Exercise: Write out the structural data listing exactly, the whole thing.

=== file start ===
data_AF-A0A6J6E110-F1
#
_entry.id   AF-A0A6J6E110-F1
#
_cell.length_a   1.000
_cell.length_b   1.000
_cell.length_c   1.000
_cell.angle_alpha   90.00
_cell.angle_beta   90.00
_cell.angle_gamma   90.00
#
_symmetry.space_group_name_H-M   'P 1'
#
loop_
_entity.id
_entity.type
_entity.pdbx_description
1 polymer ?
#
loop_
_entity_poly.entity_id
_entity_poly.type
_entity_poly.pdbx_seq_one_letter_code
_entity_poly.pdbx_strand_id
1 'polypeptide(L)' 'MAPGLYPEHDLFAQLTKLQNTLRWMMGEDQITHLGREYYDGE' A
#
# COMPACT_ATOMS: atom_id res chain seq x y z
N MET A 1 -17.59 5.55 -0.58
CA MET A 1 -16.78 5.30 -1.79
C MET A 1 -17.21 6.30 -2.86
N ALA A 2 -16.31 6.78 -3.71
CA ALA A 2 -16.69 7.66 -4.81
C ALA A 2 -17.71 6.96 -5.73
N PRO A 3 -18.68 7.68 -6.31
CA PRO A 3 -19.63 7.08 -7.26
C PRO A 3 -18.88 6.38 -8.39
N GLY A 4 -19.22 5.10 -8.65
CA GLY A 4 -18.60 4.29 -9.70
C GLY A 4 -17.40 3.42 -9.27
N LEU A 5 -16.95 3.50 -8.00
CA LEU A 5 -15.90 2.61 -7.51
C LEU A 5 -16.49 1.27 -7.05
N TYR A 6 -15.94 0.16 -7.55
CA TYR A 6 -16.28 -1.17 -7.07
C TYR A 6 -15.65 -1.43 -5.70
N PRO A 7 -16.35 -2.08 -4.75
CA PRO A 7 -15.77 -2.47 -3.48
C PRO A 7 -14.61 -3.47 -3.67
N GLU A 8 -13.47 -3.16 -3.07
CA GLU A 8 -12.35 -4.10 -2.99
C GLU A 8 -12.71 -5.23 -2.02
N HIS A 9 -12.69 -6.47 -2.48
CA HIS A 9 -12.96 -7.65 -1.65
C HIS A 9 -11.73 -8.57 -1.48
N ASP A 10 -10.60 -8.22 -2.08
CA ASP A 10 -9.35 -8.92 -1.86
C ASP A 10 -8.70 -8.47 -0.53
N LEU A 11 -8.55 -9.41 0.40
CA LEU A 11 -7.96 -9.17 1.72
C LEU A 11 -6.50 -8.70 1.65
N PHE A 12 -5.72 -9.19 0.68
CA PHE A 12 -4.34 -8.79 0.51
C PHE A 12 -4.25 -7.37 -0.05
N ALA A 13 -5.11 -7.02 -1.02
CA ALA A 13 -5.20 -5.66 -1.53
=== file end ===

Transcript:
data_AF-A0A6J6E110-F1
#
_entry.id   AF-A0A6J6E110-F1
#
_cell.length_a   1.000
_cell.length_b   1.000
_cell.length_c   1.000
_cell.angle_alpha   90.00
_cell.angle_beta   90.00
_cell.angle_gamma   90.00
#
_symmetry.space_group_name_H-M   'P 1'
#
loop_
_entity.id
_entity.type
_entity.pdbx_description
1 polymer ?
#
loop_
_entity_poly.entity_id
_entity_poly.type
_entity_poly.pdbx_seq_one_letter_code
_entity_poly.pdbx_strand_id
1 'polypeptide(L)' 'MAPGLYPEHDLFAQLTKLQNTLRWMMGEDQITHLGREYYDGE' A
#
# COMPACT_ATOMS: atom_id res chain seq x y z
N MET A 1 -17.59 5.55 -0.58
CA MET A 1 -16.78 5.30 -1.79
C MET A 1 -17.21 6.30 -2.86
N ALA A 2 -16.31 6.78 -3.71
CA ALA A 2 -16.69 7.66 -4.81
C ALA A 2 -17.71 6.96 -5.73
N PRO A 3 -18.68 7.68 -6.31
CA PRO A 3 -19.63 7.08 -7.26
C PRO A 3 -18.88 6.38 -8.39
N GLY A 4 -19.22 5.10 -8.65
CA GLY A 4 -18.60 4.29 -9.70
C GLY A 4 -17.40 3.42 -9.27
N LEU A 5 -16.95 3.50 -8.00
CA LEU A 5 -15.90 2.61 -7.51
C LEU A 5 -16.49 1.27 -7.05
N TYR A 6 -15.94 0.16 -7.55
CA TYR A 6 -16.28 -1.17 -7.07
C TYR A 6 -15.65 -1.43 -5.70
N PRO A 7 -16.35 -2.08 -4.75
CA PRO A 7 -15.77 -2.47 -3.48
C PRO A 7 -14.61 -3.47 -3.67
N GLU A 8 -13.47 -3.16 -3.07
CA GLU A 8 -12.35 -4.10 -2.99
C GLU A 8 -12.71 -5.23 -2.02
N HIS A 9 -12.69 -6.47 -2.48
CA HIS A 9 -12.96 -7.65 -1.65
C HIS A 9 -11.73 -8.57 -1.48
N ASP A 10 -10.60 -8.22 -2.08
CA ASP A 10 -9.35 -8.92 -1.86
C ASP A 10 -8.70 -8.47 -0.53
N LEU A 11 -8.55 -9.41 0.40
CA LEU A 11 -7.96 -9.17 1.72
C LEU A 11 -6.50 -8.70 1.65
N PHE A 12 -5.72 -9.19 0.68
CA PHE A 12 -4.34 -8.79 0.51
C PHE A 12 -4.25 -7.37 -0.05
N ALA A 13 -5.11 -7.02 -1.02
CA ALA A 13 -5.20 -5.66 -1.53